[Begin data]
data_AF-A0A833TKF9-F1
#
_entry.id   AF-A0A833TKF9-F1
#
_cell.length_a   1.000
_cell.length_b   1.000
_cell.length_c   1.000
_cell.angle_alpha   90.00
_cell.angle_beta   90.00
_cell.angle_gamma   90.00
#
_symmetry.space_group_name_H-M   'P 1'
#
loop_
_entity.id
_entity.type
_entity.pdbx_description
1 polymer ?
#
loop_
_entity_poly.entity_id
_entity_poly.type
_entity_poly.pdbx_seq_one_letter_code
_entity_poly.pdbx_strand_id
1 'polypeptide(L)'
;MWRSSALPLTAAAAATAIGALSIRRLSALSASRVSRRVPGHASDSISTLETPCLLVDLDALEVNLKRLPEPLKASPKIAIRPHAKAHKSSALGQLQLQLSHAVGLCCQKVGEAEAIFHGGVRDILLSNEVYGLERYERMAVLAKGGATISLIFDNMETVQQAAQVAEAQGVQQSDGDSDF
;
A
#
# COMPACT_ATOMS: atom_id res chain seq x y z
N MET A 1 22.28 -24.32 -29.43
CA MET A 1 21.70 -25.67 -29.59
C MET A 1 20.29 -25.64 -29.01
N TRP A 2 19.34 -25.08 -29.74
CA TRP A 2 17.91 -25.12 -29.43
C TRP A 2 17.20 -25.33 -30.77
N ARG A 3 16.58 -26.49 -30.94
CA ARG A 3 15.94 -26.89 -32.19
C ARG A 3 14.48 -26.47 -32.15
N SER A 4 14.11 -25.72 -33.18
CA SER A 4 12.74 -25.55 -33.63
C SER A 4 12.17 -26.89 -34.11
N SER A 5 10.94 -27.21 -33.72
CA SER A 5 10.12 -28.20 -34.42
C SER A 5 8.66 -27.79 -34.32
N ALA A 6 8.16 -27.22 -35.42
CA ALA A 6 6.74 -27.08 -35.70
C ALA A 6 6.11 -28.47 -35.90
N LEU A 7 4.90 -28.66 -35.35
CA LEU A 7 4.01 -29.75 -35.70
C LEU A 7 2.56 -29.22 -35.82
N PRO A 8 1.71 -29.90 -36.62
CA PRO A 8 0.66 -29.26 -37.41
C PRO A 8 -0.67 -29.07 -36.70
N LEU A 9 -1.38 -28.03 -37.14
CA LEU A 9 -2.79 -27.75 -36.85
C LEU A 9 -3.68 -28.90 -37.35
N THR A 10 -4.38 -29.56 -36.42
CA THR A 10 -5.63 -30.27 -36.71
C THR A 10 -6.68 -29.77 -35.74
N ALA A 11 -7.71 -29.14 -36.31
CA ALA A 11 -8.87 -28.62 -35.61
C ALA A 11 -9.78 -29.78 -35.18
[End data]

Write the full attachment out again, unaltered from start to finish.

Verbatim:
data_AF-A0A833TKF9-F1
#
_entry.id   AF-A0A833TKF9-F1
#
_cell.length_a   1.000
_cell.length_b   1.000
_cell.length_c   1.000
_cell.angle_alpha   90.00
_cell.angle_beta   90.00
_cell.angle_gamma   90.00
#
_symmetry.space_group_name_H-M   'P 1'
#
loop_
_entity.id
_entity.type
_entity.pdbx_description
1 polymer ?
#
loop_
_entity_poly.entity_id
_entity_poly.type
_entity_poly.pdbx_seq_one_letter_code
_entity_poly.pdbx_strand_id
1 'polypeptide(L)'
;MWRSSALPLTAAAAATAIGALSIRRLSALSASRVSRRVPGHASDSISTLETPCLLVDLDALEVNLKRLPEPLKASPKIAIRPHAKAHKSSALGQLQLQLSHAVGLCCQKVGEAEAIFHGGVRDILLSNEVYGLERYERMAVLAKGGATISLIFDNMETVQQAAQVAEAQGVQQSDGDSDF
;
A
#
# COMPACT_ATOMS: atom_id res chain seq x y z
N MET A 1 22.28 -24.32 -29.43
CA MET A 1 21.70 -25.67 -29.59
C MET A 1 20.29 -25.64 -29.01
N TRP A 2 19.34 -25.08 -29.74
CA TRP A 2 17.91 -25.12 -29.43
C TRP A 2 17.20 -25.33 -30.77
N ARG A 3 16.58 -26.49 -30.94
CA ARG A 3 15.94 -26.89 -32.19
C ARG A 3 14.48 -26.47 -32.15
N SER A 4 14.11 -25.72 -33.18
CA SER A 4 12.74 -25.55 -33.63
C SER A 4 12.17 -26.89 -34.11
N SER A 5 10.94 -27.21 -33.72
CA SER A 5 10.12 -28.20 -34.42
C SER A 5 8.66 -27.79 -34.32
N ALA A 6 8.16 -27.22 -35.42
CA ALA A 6 6.74 -27.08 -35.70
C ALA A 6 6.11 -28.47 -35.90
N LEU A 7 4.90 -28.66 -35.35
CA LEU A 7 4.01 -29.75 -35.70
C LEU A 7 2.56 -29.22 -35.82
N PRO A 8 1.71 -29.90 -36.62
CA PRO A 8 0.66 -29.26 -37.41
C PRO A 8 -0.67 -29.07 -36.70
N LEU A 9 -1.38 -28.03 -37.14
CA LEU A 9 -2.79 -27.75 -36.85
C LEU A 9 -3.68 -28.90 -37.35
N THR A 10 -4.38 -29.56 -36.42
CA THR A 10 -5.63 -30.27 -36.71
C THR A 10 -6.68 -29.77 -35.74
N ALA A 11 -7.71 -29.14 -36.31
CA ALA A 11 -8.87 -28.62 -35.61
C ALA A 11 -9.78 -29.78 -35.18